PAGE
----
Australia’s wine sector deeply disappointed by FSANZ decision on pregnancy labelling

Australian Grape & Wine (AGW) says it is “deeply disappointed” by Food Standards Australia-New Zealand’s (FSANZ) approval of what it describes as “a flawed, costly and ineffective pregnancy warning label”, and is urging the Ministerial Forum on Food Regulation to reject it immediately.

“This pregnancy warning label is a classic example of bureaucratic over-reach, and is not a good example of science-based decision making” said Tony Battaglene, chief executive of AGW

AGW is a strong supporter of the existing voluntary labelling arrangements and industry initiatives which work in tandem to raise awareness of the dangers of Foetal Alcohol Spectrum Disorder (FASD), and have contributed to significant improvements in the rates of women abstaining, or reducing their alcohol consumption during pregnancy.

“Our concerns extend beyond simply the costs to grape and wine businesses, though they will be significant,” Battaglene said.

“Evidence tells us the current initiatives are driving positive cultural change in Australia. If FSANZ was able show how this new label-design would lead to a significant change in drinking behaviour, we would take a different positon. But given they can’t, why are Ministers being asked to consider a design that will be costly to businesses, but achieve very little?”

The costs to Australian wine businesses will be felt most keenly by small, family owned wine businesses in rural and regional Australia.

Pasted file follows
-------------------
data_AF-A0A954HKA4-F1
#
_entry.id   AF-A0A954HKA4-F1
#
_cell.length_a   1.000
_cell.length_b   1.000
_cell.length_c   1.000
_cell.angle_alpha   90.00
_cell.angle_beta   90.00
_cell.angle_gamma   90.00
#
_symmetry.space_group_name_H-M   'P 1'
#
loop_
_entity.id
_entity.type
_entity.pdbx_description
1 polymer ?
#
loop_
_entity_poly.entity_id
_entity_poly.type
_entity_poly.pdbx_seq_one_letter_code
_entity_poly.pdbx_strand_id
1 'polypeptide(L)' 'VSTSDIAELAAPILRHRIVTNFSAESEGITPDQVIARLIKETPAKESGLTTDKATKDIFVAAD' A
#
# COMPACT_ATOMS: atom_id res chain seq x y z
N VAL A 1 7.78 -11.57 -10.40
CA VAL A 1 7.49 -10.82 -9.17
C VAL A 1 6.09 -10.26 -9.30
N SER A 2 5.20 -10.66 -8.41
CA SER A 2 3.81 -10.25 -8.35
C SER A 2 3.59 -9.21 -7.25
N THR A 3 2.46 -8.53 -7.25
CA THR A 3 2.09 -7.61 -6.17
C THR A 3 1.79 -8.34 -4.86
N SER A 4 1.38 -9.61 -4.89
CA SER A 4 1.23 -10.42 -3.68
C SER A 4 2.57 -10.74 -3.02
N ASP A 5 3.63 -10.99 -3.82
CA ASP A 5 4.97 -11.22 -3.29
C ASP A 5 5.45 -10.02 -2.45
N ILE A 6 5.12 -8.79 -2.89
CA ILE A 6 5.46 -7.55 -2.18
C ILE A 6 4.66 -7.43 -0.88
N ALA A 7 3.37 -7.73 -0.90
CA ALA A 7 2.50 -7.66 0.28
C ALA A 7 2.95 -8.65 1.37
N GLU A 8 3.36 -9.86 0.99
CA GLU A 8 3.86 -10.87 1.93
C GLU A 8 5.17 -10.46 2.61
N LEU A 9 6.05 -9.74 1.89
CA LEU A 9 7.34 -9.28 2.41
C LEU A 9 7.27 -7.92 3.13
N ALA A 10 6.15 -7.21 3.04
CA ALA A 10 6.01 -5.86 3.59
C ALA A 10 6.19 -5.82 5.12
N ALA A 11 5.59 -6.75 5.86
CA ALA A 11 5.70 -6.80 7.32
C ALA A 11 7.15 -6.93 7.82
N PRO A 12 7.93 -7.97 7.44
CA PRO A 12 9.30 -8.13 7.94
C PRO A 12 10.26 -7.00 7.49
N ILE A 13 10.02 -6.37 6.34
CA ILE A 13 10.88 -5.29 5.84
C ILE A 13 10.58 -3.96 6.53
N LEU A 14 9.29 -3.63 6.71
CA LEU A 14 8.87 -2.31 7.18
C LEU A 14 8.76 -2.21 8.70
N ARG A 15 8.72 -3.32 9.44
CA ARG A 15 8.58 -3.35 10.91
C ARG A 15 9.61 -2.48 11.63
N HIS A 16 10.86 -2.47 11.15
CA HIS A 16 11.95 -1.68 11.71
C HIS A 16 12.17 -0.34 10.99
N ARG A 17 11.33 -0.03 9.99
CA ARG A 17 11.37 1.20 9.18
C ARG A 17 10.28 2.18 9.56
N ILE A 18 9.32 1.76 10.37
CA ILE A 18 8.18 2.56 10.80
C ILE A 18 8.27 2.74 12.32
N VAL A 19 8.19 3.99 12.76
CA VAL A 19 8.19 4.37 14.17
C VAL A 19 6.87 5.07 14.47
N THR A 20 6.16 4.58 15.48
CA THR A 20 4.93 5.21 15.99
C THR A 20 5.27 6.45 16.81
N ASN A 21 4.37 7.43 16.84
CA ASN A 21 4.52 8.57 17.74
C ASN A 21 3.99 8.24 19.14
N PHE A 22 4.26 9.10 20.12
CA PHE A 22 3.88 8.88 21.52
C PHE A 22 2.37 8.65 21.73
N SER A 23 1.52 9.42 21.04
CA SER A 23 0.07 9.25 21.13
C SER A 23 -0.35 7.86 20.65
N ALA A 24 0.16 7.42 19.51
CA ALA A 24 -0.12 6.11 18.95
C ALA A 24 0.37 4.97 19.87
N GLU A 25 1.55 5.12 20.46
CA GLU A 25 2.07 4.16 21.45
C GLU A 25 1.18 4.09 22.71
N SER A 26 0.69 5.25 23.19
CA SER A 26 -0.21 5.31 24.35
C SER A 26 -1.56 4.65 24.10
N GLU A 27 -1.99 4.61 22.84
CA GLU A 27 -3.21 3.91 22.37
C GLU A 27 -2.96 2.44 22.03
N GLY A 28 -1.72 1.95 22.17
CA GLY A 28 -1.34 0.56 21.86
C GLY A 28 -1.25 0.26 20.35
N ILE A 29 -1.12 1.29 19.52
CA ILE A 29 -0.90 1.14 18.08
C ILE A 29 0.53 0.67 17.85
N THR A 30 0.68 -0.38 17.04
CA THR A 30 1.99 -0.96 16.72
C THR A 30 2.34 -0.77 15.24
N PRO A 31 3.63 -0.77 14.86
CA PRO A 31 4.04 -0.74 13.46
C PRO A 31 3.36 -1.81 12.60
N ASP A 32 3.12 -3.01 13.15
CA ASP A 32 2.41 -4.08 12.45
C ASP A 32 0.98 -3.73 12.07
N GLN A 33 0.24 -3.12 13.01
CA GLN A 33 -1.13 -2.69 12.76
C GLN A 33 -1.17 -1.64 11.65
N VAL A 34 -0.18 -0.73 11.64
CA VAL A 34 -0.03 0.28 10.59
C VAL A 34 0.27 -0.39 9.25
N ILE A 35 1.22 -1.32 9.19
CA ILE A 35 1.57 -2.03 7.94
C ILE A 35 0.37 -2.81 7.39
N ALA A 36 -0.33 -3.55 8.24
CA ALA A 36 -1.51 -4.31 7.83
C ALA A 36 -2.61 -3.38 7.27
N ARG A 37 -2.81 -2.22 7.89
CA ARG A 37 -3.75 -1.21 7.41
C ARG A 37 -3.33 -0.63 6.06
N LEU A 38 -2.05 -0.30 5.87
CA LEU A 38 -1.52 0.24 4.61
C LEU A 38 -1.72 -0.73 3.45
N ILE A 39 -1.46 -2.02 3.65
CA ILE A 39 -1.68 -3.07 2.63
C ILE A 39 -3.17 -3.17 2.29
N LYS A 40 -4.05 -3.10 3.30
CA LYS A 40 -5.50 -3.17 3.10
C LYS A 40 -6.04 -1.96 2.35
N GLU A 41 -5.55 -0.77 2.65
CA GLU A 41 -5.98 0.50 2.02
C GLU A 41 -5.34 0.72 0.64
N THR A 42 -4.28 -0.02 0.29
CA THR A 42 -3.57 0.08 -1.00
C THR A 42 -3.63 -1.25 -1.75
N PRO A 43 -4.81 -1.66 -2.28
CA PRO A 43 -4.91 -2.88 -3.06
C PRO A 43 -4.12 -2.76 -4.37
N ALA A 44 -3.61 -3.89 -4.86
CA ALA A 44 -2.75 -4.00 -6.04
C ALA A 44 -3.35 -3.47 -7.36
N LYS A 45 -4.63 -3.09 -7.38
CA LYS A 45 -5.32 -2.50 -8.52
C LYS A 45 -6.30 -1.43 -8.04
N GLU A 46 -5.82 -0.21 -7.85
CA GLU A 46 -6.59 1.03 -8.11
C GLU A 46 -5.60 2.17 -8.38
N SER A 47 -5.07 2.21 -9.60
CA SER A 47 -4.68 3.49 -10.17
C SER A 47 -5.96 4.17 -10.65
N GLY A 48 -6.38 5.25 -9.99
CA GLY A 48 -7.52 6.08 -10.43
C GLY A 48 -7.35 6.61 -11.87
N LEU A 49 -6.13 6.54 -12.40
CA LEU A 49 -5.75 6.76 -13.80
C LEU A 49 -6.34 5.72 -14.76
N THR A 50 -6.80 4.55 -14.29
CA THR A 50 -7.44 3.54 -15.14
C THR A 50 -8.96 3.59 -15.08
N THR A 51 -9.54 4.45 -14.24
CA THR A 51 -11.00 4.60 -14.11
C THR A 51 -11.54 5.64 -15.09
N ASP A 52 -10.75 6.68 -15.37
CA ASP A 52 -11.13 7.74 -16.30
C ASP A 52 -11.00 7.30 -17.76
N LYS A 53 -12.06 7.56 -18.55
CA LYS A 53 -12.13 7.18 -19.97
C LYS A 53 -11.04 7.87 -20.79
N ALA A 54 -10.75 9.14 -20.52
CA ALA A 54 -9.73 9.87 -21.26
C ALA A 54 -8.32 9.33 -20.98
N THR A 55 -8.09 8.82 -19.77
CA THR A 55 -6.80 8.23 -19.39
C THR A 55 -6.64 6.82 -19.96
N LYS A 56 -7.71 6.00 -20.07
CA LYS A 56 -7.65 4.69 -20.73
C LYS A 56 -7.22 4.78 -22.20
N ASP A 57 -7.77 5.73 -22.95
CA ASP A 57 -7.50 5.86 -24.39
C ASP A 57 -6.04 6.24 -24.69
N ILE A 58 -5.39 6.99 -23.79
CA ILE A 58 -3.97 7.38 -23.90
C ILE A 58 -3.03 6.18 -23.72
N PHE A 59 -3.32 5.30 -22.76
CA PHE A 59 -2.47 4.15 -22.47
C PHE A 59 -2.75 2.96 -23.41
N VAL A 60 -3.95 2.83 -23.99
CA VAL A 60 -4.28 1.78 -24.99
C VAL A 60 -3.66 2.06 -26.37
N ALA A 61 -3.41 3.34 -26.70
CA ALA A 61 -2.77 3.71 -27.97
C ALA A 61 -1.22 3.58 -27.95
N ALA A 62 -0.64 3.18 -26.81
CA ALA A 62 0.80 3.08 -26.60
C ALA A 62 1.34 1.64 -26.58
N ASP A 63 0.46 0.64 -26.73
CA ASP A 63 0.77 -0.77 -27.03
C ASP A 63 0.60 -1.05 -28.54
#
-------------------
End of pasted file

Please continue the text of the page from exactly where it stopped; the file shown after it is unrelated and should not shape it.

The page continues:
Most wine businesses have multiple products in their portfolio, with some brands offering consumers almost 100 different wines.

These businesses would need to redesign labels for each of these products, potentially driving up the costs in the tens of thousands of dollars per wine business.

“It’s clear FSANZ had an outcome in mind before it commenced its consultation process. We participated in good faith, but FSANZ has ignored the science and the views of grapegrowers and winemakers, and gone with its pre-conceived ideas.”

“Surely the best approach is to make the existing voluntary label mandatory, and invest further in initiatives to raise awareness about the dangers of FASD,” said Battaglene.

“While this might be a box ticking exercise for FSANZ, it’s a kick in the guts to Australia’s 6,000 grape growers and 2,500 winemakers who are battling the impacts of fires, smoke and drought.

“It’s now up to the Ministerial Forum on Food Regulation to reject this proposal. We urge Ministers to go back to the drawing board and consider a label that will maintain the positive trends in drinking during pregnancy in Australia, while minimising the costs and risks to wine businesses.

“Mandating the current voluntary pregnancy warning label would be a common sense solution and we encourage Ministers to take this approach.”

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